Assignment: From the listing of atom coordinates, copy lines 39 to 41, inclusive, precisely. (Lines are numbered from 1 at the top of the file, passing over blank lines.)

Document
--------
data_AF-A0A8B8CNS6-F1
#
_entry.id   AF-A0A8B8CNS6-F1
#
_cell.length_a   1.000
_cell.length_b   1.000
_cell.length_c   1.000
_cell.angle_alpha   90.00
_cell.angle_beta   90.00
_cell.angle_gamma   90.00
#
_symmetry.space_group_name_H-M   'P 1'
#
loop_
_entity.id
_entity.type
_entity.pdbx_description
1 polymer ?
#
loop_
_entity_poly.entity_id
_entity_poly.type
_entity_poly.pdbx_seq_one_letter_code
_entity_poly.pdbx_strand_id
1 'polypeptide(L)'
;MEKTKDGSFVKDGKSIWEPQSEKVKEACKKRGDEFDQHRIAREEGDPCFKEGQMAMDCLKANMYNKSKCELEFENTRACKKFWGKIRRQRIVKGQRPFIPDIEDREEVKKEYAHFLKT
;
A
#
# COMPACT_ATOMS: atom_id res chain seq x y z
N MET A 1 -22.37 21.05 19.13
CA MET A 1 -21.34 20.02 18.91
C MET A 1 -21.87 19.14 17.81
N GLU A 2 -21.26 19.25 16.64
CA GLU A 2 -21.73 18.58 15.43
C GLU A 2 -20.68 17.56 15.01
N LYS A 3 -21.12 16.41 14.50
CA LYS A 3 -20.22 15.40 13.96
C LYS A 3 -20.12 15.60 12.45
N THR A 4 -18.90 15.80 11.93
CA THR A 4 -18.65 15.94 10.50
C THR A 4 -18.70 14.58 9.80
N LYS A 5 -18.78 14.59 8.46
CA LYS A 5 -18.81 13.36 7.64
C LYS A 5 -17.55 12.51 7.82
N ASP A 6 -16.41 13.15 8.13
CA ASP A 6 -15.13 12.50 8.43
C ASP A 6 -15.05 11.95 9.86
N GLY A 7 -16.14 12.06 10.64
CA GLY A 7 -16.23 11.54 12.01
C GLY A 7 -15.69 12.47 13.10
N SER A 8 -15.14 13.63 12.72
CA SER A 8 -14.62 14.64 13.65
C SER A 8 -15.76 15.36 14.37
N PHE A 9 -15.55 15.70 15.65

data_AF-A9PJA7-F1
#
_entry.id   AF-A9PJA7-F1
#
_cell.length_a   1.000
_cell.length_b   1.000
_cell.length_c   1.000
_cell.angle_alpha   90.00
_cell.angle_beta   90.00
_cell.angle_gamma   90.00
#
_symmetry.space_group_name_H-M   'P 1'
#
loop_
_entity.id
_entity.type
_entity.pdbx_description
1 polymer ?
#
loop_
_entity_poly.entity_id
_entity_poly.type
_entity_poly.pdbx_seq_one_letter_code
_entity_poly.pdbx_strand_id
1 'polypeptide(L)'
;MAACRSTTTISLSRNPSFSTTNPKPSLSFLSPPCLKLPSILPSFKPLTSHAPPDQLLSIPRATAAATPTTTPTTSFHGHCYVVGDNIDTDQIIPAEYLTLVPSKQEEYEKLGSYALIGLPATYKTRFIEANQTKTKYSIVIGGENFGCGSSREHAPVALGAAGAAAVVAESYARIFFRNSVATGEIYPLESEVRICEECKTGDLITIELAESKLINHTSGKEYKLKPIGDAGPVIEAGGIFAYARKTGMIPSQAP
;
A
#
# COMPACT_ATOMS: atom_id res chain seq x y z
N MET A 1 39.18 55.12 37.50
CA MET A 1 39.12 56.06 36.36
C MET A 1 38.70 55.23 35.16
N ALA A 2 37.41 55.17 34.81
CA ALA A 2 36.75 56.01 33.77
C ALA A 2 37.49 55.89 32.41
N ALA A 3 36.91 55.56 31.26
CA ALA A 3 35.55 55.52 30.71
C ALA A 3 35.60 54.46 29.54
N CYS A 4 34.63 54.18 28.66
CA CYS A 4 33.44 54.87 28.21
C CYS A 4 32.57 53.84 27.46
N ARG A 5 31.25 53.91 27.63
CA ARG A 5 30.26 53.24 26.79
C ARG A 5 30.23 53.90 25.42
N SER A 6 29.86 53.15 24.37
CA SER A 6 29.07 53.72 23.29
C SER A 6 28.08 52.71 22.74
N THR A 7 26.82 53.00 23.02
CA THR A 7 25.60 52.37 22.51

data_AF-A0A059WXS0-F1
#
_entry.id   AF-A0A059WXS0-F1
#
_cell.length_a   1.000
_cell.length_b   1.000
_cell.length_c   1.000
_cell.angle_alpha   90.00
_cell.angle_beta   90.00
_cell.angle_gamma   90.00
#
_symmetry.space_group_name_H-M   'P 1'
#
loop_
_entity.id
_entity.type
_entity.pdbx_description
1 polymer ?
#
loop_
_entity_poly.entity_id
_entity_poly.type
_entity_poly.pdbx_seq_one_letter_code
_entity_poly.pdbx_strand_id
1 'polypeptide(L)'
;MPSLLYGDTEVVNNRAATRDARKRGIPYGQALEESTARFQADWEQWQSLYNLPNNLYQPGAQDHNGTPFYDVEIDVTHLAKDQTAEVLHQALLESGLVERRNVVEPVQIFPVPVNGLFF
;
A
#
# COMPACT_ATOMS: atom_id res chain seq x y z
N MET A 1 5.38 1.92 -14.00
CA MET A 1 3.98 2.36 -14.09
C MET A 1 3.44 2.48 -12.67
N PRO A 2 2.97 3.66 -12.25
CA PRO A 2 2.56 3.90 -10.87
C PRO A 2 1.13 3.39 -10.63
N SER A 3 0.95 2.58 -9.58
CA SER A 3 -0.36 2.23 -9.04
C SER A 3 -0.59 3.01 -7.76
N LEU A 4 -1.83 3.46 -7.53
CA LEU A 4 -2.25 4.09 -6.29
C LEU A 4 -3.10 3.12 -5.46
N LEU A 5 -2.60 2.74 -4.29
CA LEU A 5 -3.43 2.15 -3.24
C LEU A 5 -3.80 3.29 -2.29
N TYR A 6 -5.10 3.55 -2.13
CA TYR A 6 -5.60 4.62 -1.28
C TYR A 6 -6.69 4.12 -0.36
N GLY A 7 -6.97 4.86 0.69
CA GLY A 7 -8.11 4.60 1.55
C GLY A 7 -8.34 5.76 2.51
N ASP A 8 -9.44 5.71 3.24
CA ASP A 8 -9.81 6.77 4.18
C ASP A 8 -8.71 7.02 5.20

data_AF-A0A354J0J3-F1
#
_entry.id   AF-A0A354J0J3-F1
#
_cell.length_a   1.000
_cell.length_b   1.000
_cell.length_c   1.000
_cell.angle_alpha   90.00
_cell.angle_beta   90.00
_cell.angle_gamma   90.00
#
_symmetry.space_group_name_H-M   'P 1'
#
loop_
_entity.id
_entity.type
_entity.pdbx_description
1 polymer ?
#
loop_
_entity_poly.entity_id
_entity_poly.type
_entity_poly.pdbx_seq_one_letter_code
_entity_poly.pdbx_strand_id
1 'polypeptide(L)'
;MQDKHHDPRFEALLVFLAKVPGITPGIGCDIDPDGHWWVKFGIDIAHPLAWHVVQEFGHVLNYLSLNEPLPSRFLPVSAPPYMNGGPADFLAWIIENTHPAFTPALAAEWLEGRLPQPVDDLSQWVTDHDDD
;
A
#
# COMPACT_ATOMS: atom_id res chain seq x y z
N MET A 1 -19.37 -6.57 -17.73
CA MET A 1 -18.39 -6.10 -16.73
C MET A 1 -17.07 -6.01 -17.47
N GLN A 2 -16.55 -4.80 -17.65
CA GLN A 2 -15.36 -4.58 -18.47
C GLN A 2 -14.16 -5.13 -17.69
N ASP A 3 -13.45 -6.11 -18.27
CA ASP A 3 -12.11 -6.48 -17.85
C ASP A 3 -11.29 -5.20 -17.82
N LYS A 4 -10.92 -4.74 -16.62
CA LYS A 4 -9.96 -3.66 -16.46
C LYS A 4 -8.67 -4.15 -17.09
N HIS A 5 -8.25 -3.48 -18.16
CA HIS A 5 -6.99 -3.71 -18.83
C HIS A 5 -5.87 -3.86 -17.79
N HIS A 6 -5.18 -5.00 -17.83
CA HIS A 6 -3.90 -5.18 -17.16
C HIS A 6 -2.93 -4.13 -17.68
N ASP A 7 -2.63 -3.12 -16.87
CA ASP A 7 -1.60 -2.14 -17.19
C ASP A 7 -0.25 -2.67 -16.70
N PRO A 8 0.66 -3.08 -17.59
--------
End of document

C LYS A 3 -20.12 15.60 12.45
N THR A 4 -18.90 15.80 11.93
CA THR A 4 -18.65 15.94 10.50